“The appearance of pain in grasses and trees is no different from the countenance of suffering among human beings. When they are watered and the like, they grow and appear happy. When they are cut and fall, the withering of their leaves is no different from the death of a human being.
Their pain and sadness are not known to human beings. And when grasses and trees look at the sadness of human beings, it is just like human beings looking at them, and they probably think we have no pain and sadness either. Simply, it seems that we do not know the affairs of grasses and trees, nor do they know ours.”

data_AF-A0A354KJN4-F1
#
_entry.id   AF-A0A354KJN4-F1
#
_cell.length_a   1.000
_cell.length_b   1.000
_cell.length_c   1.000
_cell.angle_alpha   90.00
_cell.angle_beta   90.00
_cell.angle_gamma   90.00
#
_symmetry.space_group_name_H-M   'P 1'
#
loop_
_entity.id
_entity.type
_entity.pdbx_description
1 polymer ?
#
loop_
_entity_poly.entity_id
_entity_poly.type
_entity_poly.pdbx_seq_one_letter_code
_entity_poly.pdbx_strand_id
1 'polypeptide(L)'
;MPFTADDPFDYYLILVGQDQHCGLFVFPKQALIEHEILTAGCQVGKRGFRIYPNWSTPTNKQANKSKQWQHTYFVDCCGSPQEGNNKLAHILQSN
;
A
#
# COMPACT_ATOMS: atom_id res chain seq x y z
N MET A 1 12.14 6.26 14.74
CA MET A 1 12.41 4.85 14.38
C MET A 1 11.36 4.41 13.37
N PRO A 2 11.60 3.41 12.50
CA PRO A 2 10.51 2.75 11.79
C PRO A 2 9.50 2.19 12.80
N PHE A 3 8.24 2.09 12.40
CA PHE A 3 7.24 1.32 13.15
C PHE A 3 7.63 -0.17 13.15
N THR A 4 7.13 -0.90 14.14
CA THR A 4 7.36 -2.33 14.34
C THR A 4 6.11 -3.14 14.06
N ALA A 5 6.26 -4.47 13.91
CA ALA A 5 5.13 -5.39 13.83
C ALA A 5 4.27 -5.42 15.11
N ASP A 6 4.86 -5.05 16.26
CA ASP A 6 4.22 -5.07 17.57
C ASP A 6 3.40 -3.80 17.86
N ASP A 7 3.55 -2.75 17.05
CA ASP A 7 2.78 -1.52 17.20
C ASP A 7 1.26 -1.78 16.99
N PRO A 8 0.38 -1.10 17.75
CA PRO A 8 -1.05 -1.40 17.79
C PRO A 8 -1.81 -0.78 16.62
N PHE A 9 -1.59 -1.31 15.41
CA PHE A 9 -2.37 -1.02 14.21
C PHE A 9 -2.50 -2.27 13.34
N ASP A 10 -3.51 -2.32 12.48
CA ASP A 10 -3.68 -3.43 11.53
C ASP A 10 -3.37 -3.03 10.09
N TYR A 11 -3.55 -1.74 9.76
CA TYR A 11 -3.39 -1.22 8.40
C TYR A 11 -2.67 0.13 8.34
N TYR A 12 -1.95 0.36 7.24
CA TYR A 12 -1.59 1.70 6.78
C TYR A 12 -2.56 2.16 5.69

– Zen Master Takuan Soho (1573-1645)
From “The Clear Sound of Jewels” translated by William Scott Wilson, The Unfettered Mind, Kodansha International, 2002